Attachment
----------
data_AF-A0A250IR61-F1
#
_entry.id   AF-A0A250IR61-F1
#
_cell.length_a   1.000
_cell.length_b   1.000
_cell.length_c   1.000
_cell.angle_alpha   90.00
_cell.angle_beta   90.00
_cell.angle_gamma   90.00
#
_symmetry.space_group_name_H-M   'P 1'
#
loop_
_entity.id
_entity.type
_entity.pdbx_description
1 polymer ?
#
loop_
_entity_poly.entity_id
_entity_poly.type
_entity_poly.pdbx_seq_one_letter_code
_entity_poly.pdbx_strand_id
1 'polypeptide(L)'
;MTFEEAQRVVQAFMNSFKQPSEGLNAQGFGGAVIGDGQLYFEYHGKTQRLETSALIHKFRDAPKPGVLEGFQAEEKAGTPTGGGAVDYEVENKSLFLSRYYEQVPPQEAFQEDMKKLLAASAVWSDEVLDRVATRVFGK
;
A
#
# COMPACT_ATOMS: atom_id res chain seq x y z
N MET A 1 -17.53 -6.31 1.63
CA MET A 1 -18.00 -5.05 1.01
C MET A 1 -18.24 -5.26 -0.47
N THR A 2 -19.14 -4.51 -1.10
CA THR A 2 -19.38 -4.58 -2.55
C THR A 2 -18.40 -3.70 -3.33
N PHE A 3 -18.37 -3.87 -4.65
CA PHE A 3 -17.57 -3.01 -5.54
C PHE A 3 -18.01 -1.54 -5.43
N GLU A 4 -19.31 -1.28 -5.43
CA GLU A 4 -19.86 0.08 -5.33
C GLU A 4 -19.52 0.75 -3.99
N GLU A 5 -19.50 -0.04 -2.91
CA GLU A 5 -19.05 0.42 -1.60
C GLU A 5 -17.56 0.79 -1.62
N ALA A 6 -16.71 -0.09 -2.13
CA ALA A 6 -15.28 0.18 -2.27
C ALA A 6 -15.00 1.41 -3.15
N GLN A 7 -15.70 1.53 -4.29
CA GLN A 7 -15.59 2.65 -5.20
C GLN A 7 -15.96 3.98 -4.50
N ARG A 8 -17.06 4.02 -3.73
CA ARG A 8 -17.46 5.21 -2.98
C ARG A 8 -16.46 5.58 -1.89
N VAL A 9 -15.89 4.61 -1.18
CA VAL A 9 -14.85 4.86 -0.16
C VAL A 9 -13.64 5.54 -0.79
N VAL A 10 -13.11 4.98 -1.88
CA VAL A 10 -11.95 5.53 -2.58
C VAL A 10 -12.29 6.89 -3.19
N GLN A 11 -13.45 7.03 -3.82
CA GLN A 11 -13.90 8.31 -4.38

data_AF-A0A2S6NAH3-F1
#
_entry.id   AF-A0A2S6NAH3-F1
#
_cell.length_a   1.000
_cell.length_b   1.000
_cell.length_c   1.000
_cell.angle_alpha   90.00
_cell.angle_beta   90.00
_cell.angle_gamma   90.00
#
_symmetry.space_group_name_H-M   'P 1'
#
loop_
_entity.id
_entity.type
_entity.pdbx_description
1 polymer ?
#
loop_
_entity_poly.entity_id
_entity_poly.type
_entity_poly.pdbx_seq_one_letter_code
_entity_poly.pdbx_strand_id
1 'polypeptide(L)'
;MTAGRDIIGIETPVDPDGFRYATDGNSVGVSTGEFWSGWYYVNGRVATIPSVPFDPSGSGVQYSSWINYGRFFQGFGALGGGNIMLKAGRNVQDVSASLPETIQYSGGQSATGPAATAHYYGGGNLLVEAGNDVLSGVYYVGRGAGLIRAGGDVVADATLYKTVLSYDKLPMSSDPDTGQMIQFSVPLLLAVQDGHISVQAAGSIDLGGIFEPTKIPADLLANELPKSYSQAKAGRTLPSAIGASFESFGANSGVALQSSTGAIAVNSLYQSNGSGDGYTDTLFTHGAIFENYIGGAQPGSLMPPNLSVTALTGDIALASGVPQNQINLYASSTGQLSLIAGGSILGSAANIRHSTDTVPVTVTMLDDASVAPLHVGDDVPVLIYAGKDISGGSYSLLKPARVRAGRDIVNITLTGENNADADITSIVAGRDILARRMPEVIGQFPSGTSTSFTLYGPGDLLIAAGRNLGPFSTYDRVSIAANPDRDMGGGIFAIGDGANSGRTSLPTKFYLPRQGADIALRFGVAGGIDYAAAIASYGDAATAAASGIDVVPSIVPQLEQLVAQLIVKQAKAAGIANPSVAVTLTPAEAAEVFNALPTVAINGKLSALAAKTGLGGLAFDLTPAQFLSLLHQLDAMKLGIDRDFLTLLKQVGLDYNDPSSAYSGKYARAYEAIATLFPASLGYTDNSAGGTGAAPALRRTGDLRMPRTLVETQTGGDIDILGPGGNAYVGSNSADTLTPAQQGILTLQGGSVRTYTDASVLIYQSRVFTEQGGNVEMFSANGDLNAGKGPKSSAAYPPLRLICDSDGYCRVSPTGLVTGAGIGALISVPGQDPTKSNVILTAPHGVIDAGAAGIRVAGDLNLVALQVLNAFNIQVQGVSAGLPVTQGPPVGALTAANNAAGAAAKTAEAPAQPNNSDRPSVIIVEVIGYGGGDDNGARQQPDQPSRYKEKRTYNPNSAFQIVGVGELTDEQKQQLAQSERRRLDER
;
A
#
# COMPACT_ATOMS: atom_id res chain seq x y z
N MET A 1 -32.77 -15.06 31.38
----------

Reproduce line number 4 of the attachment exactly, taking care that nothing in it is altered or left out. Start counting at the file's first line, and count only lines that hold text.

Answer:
#